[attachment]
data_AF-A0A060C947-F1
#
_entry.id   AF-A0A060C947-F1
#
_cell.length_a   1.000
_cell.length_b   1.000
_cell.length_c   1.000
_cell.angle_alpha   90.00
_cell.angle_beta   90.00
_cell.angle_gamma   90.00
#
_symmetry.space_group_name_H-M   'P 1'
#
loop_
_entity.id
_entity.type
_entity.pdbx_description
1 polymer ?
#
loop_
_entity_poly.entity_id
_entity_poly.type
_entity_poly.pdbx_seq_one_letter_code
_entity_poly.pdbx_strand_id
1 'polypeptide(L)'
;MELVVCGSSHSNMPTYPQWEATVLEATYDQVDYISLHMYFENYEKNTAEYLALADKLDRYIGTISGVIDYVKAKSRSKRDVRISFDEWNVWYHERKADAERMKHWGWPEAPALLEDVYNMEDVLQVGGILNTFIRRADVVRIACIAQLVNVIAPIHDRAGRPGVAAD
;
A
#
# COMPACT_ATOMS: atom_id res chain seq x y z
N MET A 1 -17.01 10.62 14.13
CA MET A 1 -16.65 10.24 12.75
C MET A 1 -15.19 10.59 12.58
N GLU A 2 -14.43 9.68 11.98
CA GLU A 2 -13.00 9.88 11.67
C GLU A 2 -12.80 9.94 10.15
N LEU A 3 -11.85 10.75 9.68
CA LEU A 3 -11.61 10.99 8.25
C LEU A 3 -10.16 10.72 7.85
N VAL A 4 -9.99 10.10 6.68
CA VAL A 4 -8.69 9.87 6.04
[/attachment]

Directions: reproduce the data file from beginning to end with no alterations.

data_AF-A0A060C947-F1
#
_entry.id   AF-A0A060C947-F1
#
_cell.length_a   1.000
_cell.length_b   1.000
_cell.length_c   1.000
_cell.angle_alpha   90.00
_cell.angle_beta   90.00
_cell.angle_gamma   90.00
#
_symmetry.space_group_name_H-M   'P 1'
#
loop_
_entity.id
_entity.type
_entity.pdbx_description
1 polymer ?
#
loop_
_entity_poly.entity_id
_entity_poly.type
_entity_poly.pdbx_seq_one_letter_code
_entity_poly.pdbx_strand_id
1 'polypeptide(L)'
;MELVVCGSSHSNMPTYPQWEATVLEATYDQVDYISLHMYFENYEKNTAEYLALADKLDRYIGTISGVIDYVKAKSRSKRDVRISFDEWNVWYHERKADAERMKHWGWPEAPALLEDVYNMEDVLQVGGILNTFIRRADVVRIACIAQLVNVIAPIHDRAGRPGVAAD
;
A
#
# COMPACT_ATOMS: atom_id res chain seq x y z
N MET A 1 -17.01 10.62 14.13
CA MET A 1 -16.65 10.24 12.75
C MET A 1 -15.19 10.59 12.58
N GLU A 2 -14.43 9.68 11.98
CA GLU A 2 -13.00 9.88 11.67
C GLU A 2 -12.80 9.94 10.15
N LEU A 3 -11.85 10.75 9.68
CA LEU A 3 -11.61 10.99 8.25
C LEU A 3 -10.16 10.72 7.85
N VAL A 4 -9.99 10.10 6.68
CA VAL A 4 -8.69 9.87 6.04